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This timely research handbook offers a systematic and comprehensive examination of the election laws of democratic nations. Through a study of a range of different regimes of election law, it illuminates the disparate choices that societies have made concerning the benefits they wish their democratic institutions to provide, the means by which such benefits are to be delivered, and the underlying values, commitments, and conceptions of democratic self-rule that inform these choices.
Comparative Election Law features a wide scope of coverage, from distribution of the franchise, to candidate qualifications, to campaign speech and finance, to election administration, and more. Contributions from a range of expert scholars in the field are brought together to tackle difficult problems surrounding the definition of the democratic demos, as well as to lay bare important disjunctions between democratic ideals and feasible democratic regimes in practice. Furthermore, a comparative approach is also taken to examine democratic regimes at a theoretical as well as a descriptive level.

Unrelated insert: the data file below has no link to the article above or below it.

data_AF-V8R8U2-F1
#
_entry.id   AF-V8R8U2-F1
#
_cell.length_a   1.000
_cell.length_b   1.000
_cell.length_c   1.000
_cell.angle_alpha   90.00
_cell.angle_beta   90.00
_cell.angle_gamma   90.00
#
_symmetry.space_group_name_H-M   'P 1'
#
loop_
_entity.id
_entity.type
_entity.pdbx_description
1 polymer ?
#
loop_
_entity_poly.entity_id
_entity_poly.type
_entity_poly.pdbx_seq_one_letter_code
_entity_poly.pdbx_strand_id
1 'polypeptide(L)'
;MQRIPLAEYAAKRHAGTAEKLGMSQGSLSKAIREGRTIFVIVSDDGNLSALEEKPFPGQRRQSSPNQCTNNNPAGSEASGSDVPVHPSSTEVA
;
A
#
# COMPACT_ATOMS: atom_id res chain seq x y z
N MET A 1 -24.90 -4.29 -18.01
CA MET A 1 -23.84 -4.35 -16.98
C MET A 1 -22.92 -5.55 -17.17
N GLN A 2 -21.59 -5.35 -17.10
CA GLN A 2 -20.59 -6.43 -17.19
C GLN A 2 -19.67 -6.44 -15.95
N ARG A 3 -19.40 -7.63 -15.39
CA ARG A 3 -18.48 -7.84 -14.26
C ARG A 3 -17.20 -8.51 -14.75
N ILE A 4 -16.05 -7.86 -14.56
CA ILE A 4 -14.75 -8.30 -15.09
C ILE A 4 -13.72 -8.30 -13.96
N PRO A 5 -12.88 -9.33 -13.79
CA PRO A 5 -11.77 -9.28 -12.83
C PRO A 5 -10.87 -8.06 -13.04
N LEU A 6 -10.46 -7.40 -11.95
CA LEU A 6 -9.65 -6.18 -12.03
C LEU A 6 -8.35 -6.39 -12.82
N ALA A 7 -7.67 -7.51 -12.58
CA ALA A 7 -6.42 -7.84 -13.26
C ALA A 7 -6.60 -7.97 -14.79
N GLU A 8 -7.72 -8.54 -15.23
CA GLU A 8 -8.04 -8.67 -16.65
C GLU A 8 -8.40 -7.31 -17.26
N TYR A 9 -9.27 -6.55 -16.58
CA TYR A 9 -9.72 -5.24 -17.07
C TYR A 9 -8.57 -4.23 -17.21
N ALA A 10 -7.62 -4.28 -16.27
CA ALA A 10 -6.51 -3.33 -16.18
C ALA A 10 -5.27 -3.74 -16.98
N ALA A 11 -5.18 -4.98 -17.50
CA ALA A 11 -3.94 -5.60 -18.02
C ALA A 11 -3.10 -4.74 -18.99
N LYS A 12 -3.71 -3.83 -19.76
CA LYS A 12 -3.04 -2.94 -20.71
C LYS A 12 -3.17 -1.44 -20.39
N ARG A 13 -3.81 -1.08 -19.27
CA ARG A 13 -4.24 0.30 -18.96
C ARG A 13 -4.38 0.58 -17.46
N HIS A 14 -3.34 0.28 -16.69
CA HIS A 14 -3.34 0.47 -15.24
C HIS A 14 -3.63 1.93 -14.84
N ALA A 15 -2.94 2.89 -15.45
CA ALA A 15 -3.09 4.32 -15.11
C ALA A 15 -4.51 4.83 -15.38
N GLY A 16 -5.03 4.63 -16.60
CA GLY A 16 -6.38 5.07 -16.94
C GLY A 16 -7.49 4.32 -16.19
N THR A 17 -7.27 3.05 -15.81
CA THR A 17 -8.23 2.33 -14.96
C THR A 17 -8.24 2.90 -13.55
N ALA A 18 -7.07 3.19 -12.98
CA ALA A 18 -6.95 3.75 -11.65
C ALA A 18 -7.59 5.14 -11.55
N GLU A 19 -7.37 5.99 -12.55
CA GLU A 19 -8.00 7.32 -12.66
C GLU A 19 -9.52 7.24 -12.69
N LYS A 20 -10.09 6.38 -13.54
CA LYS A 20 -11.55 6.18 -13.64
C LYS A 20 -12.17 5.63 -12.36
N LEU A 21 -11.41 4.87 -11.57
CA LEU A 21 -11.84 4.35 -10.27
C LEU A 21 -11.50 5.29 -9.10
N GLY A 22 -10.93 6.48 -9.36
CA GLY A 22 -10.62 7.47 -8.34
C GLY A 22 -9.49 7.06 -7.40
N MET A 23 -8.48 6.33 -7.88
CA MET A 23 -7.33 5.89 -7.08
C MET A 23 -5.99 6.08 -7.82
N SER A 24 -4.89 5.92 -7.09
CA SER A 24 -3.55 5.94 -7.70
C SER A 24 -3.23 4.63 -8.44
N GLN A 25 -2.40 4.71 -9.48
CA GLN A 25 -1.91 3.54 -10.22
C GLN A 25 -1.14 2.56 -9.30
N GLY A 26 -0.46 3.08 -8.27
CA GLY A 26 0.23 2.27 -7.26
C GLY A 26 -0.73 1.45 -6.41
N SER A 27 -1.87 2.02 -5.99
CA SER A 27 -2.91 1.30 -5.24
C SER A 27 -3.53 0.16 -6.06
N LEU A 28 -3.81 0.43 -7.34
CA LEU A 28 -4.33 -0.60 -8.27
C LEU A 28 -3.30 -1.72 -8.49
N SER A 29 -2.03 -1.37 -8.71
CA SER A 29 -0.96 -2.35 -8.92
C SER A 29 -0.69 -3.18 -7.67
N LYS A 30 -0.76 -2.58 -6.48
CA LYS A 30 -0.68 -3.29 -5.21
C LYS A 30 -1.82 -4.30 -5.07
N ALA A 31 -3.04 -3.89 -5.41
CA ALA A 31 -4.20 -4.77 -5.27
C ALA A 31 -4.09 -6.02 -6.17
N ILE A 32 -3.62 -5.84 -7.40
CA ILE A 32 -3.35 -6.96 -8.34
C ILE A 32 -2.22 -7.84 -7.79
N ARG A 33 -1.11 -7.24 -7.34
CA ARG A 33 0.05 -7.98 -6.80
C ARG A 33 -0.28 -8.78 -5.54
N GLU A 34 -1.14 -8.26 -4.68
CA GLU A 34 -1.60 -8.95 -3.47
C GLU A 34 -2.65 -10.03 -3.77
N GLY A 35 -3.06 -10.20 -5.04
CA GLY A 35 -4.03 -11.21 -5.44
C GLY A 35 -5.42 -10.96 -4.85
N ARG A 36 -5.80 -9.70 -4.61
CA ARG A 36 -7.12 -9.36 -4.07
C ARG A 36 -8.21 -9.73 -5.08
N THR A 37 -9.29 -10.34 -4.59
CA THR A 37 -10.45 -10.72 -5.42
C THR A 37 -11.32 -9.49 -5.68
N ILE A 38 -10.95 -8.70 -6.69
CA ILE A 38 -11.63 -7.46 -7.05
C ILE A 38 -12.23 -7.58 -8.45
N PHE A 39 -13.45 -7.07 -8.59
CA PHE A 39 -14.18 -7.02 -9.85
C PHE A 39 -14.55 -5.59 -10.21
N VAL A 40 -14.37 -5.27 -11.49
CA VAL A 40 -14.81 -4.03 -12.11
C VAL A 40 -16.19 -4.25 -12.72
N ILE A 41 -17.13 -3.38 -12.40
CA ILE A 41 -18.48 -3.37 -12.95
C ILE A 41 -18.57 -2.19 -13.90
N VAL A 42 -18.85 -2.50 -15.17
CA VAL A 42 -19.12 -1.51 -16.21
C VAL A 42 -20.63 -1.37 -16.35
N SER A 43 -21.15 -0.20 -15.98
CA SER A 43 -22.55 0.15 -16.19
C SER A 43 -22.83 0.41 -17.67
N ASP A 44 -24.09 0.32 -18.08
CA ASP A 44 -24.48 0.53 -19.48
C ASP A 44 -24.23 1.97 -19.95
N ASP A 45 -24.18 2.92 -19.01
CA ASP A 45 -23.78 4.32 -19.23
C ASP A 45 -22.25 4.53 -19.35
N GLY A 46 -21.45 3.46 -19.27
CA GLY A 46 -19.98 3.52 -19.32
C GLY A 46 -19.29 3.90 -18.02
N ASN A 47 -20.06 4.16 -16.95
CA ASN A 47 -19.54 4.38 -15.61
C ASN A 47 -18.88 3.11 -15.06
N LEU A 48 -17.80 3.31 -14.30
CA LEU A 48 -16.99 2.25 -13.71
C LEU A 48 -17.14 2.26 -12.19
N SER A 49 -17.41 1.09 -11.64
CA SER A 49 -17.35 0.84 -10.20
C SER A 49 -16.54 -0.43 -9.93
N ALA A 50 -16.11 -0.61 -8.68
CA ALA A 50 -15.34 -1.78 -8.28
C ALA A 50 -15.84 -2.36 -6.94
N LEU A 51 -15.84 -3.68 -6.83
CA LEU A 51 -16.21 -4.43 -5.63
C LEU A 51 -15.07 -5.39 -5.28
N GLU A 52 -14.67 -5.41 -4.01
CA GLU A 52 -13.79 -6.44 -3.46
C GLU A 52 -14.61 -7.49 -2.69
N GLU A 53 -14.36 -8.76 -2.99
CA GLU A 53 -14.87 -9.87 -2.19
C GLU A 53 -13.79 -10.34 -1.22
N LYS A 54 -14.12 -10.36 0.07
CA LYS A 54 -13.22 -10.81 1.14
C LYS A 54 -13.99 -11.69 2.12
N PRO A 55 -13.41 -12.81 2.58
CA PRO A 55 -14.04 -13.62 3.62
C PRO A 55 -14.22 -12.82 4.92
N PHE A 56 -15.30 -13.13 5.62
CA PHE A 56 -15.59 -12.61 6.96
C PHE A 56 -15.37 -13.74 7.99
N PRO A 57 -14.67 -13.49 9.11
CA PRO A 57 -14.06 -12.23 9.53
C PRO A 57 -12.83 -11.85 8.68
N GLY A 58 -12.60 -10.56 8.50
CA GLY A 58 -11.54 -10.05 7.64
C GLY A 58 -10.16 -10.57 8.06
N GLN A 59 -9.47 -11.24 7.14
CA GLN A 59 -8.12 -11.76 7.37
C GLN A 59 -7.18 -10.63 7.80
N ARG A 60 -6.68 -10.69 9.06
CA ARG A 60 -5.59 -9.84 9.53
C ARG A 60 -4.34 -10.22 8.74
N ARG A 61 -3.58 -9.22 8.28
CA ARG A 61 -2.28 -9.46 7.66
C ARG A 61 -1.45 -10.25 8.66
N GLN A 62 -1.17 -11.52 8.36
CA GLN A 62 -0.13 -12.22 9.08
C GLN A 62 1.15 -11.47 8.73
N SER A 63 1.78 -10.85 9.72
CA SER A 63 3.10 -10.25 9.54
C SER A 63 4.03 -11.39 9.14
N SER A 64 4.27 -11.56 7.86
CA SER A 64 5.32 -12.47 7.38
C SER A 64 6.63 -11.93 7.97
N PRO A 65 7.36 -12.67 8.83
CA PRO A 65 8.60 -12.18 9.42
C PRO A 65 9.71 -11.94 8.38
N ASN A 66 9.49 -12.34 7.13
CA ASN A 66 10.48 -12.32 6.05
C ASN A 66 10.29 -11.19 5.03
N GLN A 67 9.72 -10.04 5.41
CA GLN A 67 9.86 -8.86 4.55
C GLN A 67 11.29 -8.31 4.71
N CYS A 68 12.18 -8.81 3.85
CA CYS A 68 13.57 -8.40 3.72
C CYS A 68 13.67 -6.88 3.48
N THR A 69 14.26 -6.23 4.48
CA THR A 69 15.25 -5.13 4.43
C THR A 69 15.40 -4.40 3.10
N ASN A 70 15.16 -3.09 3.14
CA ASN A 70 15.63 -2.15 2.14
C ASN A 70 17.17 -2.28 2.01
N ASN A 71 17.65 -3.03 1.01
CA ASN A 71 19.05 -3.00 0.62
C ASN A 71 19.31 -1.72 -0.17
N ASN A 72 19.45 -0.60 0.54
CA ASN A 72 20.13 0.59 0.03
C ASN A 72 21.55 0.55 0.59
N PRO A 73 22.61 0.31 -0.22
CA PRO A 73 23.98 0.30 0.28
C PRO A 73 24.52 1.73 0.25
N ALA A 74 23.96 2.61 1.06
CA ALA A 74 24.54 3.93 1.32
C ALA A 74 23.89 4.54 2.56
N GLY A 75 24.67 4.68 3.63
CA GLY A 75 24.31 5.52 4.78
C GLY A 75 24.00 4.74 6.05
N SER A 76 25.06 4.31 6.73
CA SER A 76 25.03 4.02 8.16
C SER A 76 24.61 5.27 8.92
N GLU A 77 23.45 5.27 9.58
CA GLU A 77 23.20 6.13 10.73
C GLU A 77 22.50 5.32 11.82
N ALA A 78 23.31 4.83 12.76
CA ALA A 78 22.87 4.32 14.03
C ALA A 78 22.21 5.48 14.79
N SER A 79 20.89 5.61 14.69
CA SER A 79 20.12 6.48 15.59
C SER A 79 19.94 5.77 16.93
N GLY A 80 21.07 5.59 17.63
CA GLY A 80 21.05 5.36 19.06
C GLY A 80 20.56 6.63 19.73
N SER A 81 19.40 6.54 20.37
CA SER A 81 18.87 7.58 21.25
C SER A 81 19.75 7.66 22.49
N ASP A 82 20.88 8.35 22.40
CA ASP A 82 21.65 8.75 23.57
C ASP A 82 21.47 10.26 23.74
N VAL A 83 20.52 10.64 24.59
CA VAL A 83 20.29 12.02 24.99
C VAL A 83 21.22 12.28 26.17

Featuring key research in a vitally important area, this research handbook will be crucial reading for academics and students in a range of fields including comparative law, legal theory, political science, political theory and democracy. It will also be useful to politicians and government officials engaged in election regulation, due to its excellent perspective on the range of regulatory options and how to evaluate them.